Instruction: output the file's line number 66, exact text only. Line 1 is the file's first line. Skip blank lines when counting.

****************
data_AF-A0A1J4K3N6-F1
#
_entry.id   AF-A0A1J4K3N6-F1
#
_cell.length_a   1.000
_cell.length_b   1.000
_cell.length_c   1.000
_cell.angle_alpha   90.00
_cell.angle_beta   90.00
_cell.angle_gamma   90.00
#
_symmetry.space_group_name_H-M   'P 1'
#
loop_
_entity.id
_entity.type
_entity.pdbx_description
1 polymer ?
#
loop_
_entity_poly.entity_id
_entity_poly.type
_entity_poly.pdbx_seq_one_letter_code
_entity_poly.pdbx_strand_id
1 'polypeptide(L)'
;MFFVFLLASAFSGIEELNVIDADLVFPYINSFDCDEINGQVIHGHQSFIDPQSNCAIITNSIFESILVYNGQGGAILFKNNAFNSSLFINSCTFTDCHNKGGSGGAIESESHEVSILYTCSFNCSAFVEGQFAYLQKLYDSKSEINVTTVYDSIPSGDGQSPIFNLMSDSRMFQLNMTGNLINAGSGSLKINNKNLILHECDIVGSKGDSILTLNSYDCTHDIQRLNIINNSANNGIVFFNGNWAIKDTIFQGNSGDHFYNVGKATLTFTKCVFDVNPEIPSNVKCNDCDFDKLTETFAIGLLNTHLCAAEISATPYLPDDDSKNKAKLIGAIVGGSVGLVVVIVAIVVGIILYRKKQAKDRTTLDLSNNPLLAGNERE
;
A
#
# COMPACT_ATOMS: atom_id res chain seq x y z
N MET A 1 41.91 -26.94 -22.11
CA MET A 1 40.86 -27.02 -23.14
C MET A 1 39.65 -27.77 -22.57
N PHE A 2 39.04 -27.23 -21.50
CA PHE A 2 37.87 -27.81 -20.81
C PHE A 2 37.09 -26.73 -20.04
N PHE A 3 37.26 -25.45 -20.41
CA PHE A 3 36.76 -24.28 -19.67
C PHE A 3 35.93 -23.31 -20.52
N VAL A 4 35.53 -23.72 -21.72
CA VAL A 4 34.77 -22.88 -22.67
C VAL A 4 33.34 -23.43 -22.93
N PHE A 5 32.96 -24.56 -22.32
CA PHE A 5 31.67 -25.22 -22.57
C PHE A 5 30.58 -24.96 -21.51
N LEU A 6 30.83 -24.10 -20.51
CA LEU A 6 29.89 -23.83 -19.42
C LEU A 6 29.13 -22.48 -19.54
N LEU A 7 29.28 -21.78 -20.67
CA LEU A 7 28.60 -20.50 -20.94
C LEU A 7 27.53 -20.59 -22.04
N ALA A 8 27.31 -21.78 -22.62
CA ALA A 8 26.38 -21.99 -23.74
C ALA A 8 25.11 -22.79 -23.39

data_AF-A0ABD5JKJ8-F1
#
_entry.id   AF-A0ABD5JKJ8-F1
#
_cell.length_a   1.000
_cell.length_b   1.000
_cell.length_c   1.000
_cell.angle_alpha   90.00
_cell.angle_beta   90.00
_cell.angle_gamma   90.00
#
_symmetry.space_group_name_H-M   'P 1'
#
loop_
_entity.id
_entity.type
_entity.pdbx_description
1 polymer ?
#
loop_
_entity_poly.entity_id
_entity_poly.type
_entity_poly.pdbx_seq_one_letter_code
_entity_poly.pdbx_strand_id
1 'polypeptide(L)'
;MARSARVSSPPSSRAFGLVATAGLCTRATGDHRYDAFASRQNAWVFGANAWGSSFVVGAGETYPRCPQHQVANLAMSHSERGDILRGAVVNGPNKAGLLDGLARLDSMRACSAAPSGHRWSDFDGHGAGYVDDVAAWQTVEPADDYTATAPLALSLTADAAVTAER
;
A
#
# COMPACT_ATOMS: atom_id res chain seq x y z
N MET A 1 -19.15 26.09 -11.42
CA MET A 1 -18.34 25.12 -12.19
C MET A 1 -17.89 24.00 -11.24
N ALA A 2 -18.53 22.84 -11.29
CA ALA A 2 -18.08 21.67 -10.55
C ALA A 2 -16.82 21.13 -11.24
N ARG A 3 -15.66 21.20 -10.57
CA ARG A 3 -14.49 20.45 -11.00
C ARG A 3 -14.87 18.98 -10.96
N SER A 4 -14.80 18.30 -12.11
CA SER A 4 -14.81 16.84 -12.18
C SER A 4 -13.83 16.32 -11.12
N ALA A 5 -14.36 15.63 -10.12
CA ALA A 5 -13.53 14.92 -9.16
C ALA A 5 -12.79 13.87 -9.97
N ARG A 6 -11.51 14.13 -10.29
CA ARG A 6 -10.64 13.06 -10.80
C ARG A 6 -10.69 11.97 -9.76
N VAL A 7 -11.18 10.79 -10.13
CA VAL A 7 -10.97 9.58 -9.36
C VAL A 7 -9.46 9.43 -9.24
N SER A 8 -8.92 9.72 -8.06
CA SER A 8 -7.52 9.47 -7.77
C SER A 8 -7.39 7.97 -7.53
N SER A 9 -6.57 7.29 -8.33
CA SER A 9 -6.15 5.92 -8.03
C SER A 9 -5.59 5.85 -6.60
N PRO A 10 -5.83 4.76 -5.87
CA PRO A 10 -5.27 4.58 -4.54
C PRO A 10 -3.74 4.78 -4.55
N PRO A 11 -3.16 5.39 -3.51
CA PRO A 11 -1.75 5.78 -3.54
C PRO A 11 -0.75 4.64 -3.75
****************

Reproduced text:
_symmetry.space_group_name_H-M   'P 1'